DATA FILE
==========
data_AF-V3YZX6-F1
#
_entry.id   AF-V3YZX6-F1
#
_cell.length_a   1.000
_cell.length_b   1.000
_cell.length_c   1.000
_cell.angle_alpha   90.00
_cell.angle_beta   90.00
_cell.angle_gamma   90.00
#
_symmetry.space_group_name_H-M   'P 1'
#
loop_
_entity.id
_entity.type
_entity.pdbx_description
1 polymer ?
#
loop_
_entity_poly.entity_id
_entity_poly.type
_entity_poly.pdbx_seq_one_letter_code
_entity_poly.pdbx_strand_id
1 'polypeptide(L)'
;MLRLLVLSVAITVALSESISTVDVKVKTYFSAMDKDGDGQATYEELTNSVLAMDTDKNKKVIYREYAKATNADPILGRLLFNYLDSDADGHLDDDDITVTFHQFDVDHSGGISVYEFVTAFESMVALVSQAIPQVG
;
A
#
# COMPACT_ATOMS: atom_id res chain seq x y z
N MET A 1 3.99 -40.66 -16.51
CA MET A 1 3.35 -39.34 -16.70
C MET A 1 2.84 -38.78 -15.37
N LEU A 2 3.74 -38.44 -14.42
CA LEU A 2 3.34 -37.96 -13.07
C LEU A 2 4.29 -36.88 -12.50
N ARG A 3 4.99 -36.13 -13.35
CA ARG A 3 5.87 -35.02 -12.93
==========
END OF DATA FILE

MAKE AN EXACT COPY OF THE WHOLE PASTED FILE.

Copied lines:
data_AF-V3YZX6-F1
#
_entry.id   AF-V3YZX6-F1
#
_cell.length_a   1.000
_cell.length_b   1.000
_cell.length_c   1.000
_cell.angle_alpha   90.00
_cell.angle_beta   90.00
_cell.angle_gamma   90.00
#
_symmetry.space_group_name_H-M   'P 1'
#
loop_
_entity.id
_entity.type
_entity.pdbx_description
1 polymer ?
#
loop_
_entity_poly.entity_id
_entity_poly.type
_entity_poly.pdbx_seq_one_letter_code
_entity_poly.pdbx_strand_id
1 'polypeptide(L)'
;MLRLLVLSVAITVALSESISTVDVKVKTYFSAMDKDGDGQATYEELTNSVLAMDTDKNKKVIYREYAKATNADPILGRLLFNYLDSDADGHLDDDDITVTFHQFDVDHSGGISVYEFVTAFESMVALVSQAIPQVG
;
A
#
# COMPACT_ATOMS: atom_id res chain seq x y z
N MET A 1 3.99 -40.66 -16.51
CA MET A 1 3.35 -39.34 -16.70
C MET A 1 2.84 -38.78 -15.37
N LEU A 2 3.74 -38.44 -14.42
CA LEU A 2 3.34 -37.96 -13.07
C LEU A 2 4.29 -36.88 -12.50
N ARG A 3 4.99 -36.13 -13.35
CA ARG A 3 5.87 -35.02 -12.93